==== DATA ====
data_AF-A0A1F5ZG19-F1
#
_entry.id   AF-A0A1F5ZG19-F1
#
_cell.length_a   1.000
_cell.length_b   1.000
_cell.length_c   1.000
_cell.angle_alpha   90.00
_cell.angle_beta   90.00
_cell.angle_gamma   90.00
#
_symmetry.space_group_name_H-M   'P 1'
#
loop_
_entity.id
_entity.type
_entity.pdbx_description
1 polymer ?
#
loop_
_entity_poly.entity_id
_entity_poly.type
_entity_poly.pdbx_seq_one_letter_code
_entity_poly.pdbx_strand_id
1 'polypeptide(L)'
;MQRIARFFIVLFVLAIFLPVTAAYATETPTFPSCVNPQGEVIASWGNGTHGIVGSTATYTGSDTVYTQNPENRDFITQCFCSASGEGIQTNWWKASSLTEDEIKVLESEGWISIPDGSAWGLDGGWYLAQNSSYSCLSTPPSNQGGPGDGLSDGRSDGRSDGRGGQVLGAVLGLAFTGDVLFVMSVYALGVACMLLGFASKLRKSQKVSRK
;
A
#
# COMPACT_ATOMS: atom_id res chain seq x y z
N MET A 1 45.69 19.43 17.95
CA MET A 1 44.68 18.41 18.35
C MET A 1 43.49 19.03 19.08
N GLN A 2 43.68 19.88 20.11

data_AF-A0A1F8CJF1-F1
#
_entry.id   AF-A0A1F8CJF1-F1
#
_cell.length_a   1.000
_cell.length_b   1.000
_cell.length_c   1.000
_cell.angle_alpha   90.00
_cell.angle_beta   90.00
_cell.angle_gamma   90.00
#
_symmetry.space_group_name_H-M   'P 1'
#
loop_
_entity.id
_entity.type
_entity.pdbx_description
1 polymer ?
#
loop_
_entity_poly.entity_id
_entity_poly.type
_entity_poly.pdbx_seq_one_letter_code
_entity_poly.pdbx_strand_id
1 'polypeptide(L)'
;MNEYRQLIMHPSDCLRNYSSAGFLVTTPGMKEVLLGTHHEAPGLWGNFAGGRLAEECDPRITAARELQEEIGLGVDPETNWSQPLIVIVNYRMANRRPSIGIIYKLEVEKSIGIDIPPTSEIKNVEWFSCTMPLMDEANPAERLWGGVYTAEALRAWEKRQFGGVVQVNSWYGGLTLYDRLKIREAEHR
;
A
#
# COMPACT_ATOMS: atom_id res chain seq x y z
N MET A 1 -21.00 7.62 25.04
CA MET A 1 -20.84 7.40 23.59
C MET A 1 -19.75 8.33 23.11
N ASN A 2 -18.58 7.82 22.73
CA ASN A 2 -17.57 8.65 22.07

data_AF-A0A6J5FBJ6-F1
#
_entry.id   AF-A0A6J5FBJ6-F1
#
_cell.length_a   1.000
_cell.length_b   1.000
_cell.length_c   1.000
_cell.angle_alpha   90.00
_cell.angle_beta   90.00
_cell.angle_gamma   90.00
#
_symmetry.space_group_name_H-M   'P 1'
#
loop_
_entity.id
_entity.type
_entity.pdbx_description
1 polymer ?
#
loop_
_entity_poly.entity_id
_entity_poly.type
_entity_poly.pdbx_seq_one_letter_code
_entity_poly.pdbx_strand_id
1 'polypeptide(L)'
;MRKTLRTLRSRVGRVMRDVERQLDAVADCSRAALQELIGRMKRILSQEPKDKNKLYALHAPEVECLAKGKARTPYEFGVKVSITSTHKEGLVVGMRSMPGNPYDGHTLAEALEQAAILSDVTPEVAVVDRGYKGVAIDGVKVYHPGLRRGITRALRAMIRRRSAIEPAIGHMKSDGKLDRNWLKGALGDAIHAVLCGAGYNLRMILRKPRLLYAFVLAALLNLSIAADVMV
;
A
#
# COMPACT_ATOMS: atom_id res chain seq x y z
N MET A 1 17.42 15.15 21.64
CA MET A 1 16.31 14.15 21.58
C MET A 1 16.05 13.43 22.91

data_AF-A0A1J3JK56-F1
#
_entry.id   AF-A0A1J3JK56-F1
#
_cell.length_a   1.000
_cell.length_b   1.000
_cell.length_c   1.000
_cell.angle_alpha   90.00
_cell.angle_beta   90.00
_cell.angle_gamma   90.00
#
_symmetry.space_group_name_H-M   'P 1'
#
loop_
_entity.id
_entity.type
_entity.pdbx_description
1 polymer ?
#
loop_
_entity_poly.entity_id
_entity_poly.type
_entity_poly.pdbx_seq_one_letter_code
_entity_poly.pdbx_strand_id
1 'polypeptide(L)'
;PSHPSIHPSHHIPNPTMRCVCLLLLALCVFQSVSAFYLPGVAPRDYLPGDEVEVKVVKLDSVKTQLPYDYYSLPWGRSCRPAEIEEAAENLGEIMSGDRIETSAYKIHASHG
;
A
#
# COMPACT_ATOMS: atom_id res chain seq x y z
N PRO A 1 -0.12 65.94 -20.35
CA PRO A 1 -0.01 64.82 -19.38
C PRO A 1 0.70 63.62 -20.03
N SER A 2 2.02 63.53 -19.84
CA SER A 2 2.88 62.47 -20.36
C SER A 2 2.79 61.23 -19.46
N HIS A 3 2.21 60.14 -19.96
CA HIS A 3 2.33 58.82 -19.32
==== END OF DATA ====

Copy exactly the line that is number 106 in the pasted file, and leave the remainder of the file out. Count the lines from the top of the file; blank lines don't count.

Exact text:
#